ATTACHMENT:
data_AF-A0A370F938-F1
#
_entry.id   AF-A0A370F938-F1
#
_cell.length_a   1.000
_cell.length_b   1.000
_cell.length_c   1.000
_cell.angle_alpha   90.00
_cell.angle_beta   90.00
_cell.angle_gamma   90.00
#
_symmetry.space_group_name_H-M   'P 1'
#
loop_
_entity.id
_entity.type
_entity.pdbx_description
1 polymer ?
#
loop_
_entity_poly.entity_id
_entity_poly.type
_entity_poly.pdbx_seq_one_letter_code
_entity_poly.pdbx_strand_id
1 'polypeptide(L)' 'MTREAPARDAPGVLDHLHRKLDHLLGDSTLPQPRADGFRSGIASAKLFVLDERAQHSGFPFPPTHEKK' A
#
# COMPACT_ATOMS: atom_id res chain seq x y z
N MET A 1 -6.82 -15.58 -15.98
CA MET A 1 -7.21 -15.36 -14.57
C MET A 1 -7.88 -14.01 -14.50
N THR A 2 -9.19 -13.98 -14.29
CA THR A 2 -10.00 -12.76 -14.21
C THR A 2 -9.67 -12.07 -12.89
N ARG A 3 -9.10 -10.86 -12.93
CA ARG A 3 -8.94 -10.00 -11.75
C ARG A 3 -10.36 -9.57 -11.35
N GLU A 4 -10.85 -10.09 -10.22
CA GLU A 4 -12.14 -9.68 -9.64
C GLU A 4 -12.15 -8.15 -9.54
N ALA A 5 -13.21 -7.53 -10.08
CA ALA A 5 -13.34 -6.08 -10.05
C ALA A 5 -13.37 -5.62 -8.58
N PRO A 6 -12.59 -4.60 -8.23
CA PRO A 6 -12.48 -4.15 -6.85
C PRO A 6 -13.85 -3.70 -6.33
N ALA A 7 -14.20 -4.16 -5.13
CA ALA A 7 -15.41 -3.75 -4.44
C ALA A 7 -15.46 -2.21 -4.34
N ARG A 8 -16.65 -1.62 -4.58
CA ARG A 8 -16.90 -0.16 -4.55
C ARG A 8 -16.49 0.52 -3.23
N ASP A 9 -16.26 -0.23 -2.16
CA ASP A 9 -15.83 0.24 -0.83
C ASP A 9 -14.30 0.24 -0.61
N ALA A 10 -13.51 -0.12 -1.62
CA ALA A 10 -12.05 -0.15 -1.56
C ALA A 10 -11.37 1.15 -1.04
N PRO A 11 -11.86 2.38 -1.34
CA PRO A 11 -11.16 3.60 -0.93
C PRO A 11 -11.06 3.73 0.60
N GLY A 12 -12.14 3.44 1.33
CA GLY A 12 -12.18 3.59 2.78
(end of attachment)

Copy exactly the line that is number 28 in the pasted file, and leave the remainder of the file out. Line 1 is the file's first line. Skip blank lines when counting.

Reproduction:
N MET A 1 -6.82 -15.58 -15.98